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What Epicurus Left Out

The hand holding back the branch is pale, and it trembles slightly as the leaves once more obscure the view. She knows she has had a glimpse of something that doesn't belong in her world. She warmed herself over a reflected glow, only borrowed. She wonders why she alone seems to be too thin for the world, not slender like the girls in the magazines, but rather brittle and stretched, a mind, a soul, somewhere it just doesn't belong. She doesn't know the rules here, and she plays the games like a foreigner – watching and mimicking but never really understanding. She shrinks back into the shadows where it is safe, comfortable. She wishes you had never let her sit with you in the sun, waking with memories of the bright warmth on her skin, feeling you close. She opens her eyes into the dark, alone, suddenly so aware of her wrongness. You showed her the door she cannot open; and until then she'd never realised she is outside looking in.

She learned from the best. Stoic Greek men who advised her to keep her desires to a minimum. A little bread, a little wine, a little companionship and laughter every so often. Good health, a light touch on the world. A red-haired primary school teacher who made her class draw the rooms they wanted, and the rooms they needed, and the difference between them. Hours spent embellishing fantastical, pretty desires on one side of the page, and neat, clean lines on the other. A bed, a window, a cupboard. Twenty years on and far from home, knee-high boots and a librarian skirt emerging from the car that's only five years younger than she is, overpriced hairstyle slipping into her eyes, she is surrounded in disposable consumerism.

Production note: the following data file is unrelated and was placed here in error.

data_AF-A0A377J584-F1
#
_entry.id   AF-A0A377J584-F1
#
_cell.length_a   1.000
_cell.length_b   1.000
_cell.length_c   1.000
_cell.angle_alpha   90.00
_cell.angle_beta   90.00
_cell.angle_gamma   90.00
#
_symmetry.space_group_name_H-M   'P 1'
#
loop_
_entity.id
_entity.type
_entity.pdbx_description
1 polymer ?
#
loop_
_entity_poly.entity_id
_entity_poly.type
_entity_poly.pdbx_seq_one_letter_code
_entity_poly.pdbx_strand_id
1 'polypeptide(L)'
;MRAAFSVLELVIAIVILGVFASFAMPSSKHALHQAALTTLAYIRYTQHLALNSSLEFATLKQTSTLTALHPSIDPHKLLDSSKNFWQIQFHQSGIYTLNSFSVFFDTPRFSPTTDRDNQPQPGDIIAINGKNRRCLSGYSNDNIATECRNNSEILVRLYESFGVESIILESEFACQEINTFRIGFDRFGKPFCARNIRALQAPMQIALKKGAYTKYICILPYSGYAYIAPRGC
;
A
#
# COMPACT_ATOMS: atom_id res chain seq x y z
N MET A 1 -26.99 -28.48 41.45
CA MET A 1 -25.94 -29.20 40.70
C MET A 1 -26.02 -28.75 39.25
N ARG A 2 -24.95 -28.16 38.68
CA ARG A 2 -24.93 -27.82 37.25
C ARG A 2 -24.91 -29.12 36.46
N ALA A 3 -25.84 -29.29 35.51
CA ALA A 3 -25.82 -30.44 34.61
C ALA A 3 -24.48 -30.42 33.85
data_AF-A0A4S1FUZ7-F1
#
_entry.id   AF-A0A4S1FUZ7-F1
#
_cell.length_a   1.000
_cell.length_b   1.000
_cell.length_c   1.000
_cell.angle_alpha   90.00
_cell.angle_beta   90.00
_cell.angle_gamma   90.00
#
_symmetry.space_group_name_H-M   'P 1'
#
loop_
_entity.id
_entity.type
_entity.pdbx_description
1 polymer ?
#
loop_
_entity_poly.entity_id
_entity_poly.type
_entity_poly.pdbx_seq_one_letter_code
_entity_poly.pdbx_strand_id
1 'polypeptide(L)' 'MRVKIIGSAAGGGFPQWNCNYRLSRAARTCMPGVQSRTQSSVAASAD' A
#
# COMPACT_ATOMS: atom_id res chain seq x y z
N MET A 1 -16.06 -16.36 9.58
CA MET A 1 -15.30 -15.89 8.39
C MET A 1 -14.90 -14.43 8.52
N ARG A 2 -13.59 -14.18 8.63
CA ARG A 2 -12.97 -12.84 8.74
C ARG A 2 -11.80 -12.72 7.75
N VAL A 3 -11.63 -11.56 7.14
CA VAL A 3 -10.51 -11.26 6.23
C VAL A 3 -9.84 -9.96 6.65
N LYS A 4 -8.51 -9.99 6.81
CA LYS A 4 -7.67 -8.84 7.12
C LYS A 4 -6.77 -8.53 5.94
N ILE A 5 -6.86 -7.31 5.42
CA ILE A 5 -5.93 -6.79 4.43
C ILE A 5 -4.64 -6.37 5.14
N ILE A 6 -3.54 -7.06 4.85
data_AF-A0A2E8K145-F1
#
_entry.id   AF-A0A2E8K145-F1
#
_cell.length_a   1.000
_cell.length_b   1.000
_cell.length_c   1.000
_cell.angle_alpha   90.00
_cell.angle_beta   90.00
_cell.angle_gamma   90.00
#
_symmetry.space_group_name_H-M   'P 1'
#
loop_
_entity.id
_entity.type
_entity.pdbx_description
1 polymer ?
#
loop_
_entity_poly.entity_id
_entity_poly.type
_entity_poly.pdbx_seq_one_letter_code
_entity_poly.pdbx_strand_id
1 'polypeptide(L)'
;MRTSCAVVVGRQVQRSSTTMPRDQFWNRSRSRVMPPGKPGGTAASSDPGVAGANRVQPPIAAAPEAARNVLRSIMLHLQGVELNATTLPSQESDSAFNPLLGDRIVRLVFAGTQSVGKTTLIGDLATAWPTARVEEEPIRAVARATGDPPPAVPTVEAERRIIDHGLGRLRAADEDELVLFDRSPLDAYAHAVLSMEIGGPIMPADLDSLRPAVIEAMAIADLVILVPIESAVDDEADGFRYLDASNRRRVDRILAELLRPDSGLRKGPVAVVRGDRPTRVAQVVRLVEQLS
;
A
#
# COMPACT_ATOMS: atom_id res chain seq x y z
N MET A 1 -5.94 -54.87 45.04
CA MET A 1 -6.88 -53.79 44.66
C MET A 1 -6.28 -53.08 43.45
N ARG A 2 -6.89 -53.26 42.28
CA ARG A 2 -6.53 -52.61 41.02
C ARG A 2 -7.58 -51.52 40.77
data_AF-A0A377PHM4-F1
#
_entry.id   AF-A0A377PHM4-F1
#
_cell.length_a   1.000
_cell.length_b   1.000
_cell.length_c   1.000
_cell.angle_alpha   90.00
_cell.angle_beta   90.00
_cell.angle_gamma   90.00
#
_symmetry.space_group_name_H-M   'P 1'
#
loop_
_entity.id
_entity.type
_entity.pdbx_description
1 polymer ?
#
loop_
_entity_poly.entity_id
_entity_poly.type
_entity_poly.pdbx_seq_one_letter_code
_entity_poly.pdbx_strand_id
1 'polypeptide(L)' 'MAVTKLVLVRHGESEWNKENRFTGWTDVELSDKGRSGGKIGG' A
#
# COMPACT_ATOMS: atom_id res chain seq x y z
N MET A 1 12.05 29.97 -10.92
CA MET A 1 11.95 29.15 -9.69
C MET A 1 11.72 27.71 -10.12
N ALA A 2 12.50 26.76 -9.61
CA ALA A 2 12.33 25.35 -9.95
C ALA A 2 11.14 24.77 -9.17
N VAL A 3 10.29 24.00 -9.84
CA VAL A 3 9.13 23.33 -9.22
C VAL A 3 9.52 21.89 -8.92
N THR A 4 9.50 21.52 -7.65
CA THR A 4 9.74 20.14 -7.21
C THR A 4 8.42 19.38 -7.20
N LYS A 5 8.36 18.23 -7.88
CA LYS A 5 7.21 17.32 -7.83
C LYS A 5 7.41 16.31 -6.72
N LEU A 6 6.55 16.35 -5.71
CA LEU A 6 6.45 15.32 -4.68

She seeks out the esoteric, buys her chocolate fair-trade and her biscuits from little German delicatessens, her apples from the organic grocer, handmakes and repairs. She doesn't smoke – probably the only promise she kept to her past – but she can't escape the game, not even close. She knows most of her desires can be put away, postponed, offset. She can make iced tea with tealeaves instead of buying a soda, bake a pie with wasted fruit, write letters when she's lonely. You didn't know it, but you taught her there are some desires that cannot be postponed, cannot be put away forever. Life cannot be stored in a box at the back of a cupboard until you are ready for it. I thought I was impervious to falling, and it had been so long I had forgotten how to get back up again. I covered it with a bandaid, but it hasn't gone away yet. I am suddenly aware of being ancient, dried out and inhuman – and horribly, horribly naïve. The world moves on around me. All the boats are gone, now, and the sea rises with solemn inevitability. There is no chance of rescue. I close my eyes and wait for the last memories of warmth to fade.